Monday Mortgage Update: January 16, 2012

Alyssa Furtado
by Alyssa Furtado January 16, 2012 / No Comments

Exciting news for Canadian consumers emerged last week. According to an article by Bloomberg last Monday, mortgage spreads hit their widest level in three years. Mortgage spreads are the difference between the lower Government of Canada (GoC) bond yields and the higher lender mortgage rates, which is essentially the lenders’ margin. Canada’s average 5-year mortgage rate is 4.04% (or 404 basis points) higher than the yield on 5-year Government of Canada bonds. To put this into perspective, for the past 20 years, the average spread has been 241 basis points. Banks take home larger profits when the spread widens between the mortgage rates they offer to consumers and Government of Canada bond yields.

Lenders held off, but finally lowered their rates, decreasing their margins late last week. As of January 12th, a mortgage war kicked off, led by BMO’s Low Rate mortgage at 2.99% for a 5-year fixed term. This represented the lowest bank advertised 5-year fixed rate ever in Canadian history. ING Direct responded with a 10-year fixed rate mortgage at 3.99%, which set a new record low for 10-year rates. Then, TD Bank and RBC dropped their discounted 4-year fixed rates to 2.99%. Scotiabank followed by cutting their discounted 3-year fixed mortgage rate, where it currently sits at 2.89%.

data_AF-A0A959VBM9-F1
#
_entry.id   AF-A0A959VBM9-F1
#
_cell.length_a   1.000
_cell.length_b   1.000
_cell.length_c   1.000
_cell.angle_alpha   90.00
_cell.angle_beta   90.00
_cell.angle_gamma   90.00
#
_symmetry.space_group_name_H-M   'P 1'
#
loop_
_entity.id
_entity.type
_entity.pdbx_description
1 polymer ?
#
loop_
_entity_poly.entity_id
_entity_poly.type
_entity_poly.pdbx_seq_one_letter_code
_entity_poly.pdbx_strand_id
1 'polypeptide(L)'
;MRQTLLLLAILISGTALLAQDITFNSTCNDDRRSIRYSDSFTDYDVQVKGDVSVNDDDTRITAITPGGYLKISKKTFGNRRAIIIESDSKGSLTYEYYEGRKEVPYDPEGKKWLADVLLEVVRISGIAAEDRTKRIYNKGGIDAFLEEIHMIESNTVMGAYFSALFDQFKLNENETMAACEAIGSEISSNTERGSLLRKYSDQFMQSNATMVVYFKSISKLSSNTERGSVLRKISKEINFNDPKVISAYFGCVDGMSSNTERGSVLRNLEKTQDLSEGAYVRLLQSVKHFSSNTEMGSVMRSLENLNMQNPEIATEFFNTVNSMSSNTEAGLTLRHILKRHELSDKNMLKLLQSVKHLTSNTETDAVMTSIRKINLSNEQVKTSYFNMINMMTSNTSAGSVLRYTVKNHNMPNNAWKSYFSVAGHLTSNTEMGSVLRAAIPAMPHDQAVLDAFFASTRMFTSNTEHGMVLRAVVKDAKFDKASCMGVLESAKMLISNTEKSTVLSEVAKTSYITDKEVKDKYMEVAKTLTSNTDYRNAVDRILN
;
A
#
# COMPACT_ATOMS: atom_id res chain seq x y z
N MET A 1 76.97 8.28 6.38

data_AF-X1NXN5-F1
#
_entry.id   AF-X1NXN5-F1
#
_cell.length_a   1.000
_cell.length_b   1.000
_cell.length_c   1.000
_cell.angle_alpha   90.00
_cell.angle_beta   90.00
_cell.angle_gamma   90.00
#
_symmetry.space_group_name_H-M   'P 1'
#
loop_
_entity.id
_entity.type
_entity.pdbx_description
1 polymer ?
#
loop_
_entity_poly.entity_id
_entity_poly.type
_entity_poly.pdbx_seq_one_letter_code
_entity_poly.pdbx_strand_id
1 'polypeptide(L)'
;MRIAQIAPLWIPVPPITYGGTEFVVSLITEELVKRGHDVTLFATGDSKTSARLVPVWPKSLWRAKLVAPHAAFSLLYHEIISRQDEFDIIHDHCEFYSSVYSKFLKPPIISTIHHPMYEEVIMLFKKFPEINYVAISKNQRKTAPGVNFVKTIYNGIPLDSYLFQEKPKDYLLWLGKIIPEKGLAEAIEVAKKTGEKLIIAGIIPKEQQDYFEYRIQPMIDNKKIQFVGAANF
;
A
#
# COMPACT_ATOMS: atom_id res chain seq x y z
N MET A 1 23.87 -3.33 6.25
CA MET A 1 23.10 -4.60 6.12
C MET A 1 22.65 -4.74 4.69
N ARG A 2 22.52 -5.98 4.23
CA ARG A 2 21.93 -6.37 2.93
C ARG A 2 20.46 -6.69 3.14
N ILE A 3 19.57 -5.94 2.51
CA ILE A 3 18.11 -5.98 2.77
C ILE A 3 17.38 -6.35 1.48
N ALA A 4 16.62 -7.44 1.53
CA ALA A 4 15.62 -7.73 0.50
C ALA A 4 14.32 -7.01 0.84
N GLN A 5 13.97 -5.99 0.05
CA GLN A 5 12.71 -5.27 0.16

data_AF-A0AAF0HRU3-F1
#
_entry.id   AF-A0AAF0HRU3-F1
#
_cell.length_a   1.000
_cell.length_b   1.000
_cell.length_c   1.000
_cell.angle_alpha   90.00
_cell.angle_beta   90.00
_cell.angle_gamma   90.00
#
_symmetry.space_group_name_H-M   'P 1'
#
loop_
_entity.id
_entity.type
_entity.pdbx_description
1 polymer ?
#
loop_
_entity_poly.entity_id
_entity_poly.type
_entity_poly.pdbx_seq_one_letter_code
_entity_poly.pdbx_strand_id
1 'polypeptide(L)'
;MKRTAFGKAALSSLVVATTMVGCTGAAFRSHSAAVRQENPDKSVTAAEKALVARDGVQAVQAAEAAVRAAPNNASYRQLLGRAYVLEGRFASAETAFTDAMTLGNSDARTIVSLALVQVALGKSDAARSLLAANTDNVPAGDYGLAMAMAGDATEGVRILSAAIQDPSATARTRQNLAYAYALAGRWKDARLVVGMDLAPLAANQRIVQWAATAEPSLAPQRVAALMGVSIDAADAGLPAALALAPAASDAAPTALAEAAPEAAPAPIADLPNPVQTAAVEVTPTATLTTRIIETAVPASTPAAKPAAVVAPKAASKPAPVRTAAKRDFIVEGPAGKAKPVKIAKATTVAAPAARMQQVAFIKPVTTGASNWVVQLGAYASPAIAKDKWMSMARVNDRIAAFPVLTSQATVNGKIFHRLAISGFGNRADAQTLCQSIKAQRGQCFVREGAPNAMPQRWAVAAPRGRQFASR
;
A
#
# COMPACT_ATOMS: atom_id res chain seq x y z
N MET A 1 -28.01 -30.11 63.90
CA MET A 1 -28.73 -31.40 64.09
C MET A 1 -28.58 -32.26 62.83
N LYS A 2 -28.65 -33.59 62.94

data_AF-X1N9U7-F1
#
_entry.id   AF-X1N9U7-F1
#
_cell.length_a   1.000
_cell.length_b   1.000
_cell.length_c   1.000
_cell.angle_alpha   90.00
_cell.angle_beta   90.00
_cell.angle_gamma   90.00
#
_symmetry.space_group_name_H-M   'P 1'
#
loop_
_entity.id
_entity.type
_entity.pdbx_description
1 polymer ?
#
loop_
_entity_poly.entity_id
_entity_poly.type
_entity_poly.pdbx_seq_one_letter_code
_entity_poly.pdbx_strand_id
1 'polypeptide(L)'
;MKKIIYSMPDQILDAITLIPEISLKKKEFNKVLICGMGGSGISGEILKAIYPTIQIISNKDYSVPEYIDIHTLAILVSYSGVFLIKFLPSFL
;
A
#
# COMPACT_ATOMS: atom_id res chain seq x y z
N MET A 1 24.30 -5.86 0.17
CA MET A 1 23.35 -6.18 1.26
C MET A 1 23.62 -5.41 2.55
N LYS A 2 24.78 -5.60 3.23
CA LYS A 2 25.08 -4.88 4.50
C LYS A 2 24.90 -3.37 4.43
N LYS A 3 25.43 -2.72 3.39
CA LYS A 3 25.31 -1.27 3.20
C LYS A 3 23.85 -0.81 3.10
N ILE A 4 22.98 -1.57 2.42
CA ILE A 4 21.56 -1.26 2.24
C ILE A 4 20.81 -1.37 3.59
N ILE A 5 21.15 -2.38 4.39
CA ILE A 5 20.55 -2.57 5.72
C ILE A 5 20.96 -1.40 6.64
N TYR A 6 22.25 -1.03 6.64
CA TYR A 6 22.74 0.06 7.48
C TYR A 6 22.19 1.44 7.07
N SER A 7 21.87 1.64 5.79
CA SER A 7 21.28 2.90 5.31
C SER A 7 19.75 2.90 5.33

The Bank of Canada said last month that household debt at an all-time high represents the main domestic risk to financial stability in Canada – for fear that homeowners may struggle to pay their debts when interest rates rise. Canadian lenders however are signalling that low rates are here to stay, in the short-term at the very least.

What caused this sudden drop in fixed rates?

Government of Canada bond yields drive fixed rates and since GoC bond yields have been plunging the past few months, it’s not surprising to see lenders respond by increasing their discounts on fixed rates.

Another reason is due to the time of season. The first few months after the holiday season are generally slower for most businesses, and this applies to the mortgage market. In an interest to gain market share, lenders will offer special low fixed rates over the short-term, which is what we are seeing now.

How will the Bank of Canada respond to the potential of more consumers borrowing? Tomorrow marks the first interest rate announcement of 2012.

Where are Current Mortgage Rates this week?

A history of discounted weekly 5-year fixed mortgage rates and 5-year variable mortgage rates

What mortgage products are Canadians buying?

With the banks fighting for the lowest mortgage rates in Canada, specifically, short-term fixed rates, market share popularity in variable rates could see a dip in the future.The results of Canadian mortgage product interest through Ratehub.ca resembled our last mortgage update, except for a small minority showing interest in cash-back mortgages this time around.

Note:  This is simply a small sample size and does not represent the entire market. It does, however, offer some useful insight.